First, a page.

Baselight node sidenote for you Eric - I did quite a handful of testing with the BLG (Baselight Grade) plugin for Flame and it is awesome. It holds all the windows / keys / grades done in Baselight–everything except temporal effects like denoise. It’s as if you’re getting a baselight render, except it’s just a Timeline FX that can be updated at the drop of a hat! The catch is it is a little “heavier” than when you just import DPXs of course, since you’re processing all of the color work in the Timeline on the fly (or until you render it).
Only slightly related to this subject, but it does have to do with transferring color around .
Ok. So I’ve never done this before. Is it possible to tell me a Step-by-Step (Great show btw) way of actually doing that. I’m talking about exporting at the end of a batch schematic, not working out of the “look” node. I’m not worried about gmask/windows, but just a simple export out of batch. It would be great for future projects. Thanks, Eric and Jeff. Also, in terms of Baselight; that’s a plugin, right? I currently don’t have that and I doubt my bosses will approve of me purchasing it. How much does it go for? I’m currently trying to get a checklist of Neat Video, certain Boris FX (Sapphire/Silhouette PT/etc), and others to see if I should try and back charge them or just bite the bullet. Does this make sense?
No way I know of a way to export a LUT out the end of a batch schematic. You’ll need to go through the “look” node, or create a LUT using the Color Management node, as far as I know.
Baselight is a color grading software package, much like DaVinci Resolve, and isn’t plug-in level priced, unfortunately…
For those interested in the Baselight Grade Plugin for Flame Linux only, Grant Kay has a great video about it.
Yeah, Pete, sorry— talking about the BLG plug-in was more of a big side note / off topic. It isn’t really something that will do what you want in the context of your question.
It’s the kind of plugin you would buy if you work at a facility with a Baselight and you want to adopt a workflow that allows you to change a grade without having Baselight re-render anything. They update their scene, you hit refresh, and the update appears in your timeline.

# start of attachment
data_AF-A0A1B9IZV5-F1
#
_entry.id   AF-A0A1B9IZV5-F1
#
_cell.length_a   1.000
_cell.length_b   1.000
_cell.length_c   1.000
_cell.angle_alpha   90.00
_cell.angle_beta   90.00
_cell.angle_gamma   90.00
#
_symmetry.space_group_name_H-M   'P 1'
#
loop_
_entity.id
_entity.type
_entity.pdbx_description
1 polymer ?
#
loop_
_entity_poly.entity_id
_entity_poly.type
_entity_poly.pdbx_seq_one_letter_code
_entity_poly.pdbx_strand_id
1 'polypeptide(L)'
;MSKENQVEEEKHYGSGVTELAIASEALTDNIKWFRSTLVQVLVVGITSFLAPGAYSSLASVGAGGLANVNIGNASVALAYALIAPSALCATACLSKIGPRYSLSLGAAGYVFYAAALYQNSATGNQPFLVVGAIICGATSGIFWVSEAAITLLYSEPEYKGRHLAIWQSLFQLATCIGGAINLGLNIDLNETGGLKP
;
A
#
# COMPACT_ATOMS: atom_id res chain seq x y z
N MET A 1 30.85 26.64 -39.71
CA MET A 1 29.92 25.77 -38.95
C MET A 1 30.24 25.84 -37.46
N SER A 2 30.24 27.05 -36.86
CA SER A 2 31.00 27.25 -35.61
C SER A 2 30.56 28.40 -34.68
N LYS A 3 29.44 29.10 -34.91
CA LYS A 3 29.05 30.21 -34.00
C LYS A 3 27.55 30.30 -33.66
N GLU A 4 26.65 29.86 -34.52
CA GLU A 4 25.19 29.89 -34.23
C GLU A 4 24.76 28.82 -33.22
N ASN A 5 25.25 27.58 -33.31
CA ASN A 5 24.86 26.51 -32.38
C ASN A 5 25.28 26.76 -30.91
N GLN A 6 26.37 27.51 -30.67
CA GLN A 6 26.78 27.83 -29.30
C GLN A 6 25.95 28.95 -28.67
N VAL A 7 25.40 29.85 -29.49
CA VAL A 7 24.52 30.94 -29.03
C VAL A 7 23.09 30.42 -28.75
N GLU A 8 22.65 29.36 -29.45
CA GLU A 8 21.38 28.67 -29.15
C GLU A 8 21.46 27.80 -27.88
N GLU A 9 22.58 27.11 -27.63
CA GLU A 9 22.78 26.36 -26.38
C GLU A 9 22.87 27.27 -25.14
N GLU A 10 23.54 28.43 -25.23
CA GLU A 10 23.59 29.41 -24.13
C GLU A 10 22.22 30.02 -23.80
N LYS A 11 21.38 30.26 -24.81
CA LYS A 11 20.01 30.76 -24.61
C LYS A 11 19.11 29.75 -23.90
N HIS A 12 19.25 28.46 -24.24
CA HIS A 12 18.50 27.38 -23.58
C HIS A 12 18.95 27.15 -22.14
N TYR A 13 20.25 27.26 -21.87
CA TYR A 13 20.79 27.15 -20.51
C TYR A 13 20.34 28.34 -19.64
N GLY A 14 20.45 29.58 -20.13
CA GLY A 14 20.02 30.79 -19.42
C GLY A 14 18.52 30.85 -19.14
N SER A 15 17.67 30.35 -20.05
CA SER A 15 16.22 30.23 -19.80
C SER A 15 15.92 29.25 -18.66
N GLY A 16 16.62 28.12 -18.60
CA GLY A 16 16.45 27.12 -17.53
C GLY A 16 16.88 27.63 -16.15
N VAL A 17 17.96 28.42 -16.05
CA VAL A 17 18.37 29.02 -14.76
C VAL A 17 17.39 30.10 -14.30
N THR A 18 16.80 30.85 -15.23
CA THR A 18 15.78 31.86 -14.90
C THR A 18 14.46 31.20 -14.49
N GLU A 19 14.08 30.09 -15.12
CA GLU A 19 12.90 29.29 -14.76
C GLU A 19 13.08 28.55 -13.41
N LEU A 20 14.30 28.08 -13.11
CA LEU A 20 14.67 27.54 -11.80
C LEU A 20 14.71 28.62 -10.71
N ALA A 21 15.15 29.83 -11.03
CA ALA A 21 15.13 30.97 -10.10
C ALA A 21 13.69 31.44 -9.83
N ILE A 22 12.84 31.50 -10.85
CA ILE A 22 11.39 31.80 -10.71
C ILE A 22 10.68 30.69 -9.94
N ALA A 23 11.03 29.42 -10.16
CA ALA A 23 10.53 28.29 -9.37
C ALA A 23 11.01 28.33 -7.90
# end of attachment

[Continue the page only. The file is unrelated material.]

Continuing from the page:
It’s starting to sound like there is no way to do what you’re asking, unless someone else has any tricks up their sleeve.
Thanks for all the input guys. I figured when I first posted it, my overall goal was impossible. I guess the next go around would be to replicate the grade in “look” node and export it from there. Thanks for all the rabbit-hole-ness.
There actually is a way to do what you’re after. It’s not a one button solution but it’s fairly straight forward.
Basically you have to process a test pattern with your grading, export the “graded” pattern and read it into a software that can generate a LUT from it. The processing software will check the difference for all color-patches in the test pattern and generates a LUT with these information.
If you have access to Nuke (X I think) you could do it with the CMSTestPattern and GenerateLUT node. Workflow would be
- generate CMSTestPattern and write out from nuke
- import in flame, apply grading, export
- import in nuke and generate LUT
Apart from nuke there is lattice which can also generate the LUT from the test pattern. And I thought I had an open source tool to do that, but I can’t remember it’s name right now
Edit: all that obviously only works for non-spatial operations, though. So no masks and no blurred keys and alike. But that’s generally the case for LUTs.
LOL, @JulianMartinz I actually thought about mentioning this tool inside Nuke but I knew that @pete.deandrea doesn’t have Nuke so I didn’t want to muddy the water. Good to mention it though! Of course, it could get pretty messy importing and exporting the test patterns while making sure that no color space issues knock the gamma around.
Yes. You’re absolutely right about importing/exporting. One should test the import/export pipeline and make sure the pattern doesn’t get altered by these operations. Otherwise you might end up with some bogus LUT.
It’s also worth mentioning that the workflow outlined above is intended for video/log footage (so anything with values between 0-1). When your source is linear things are getting a little bit more complicated.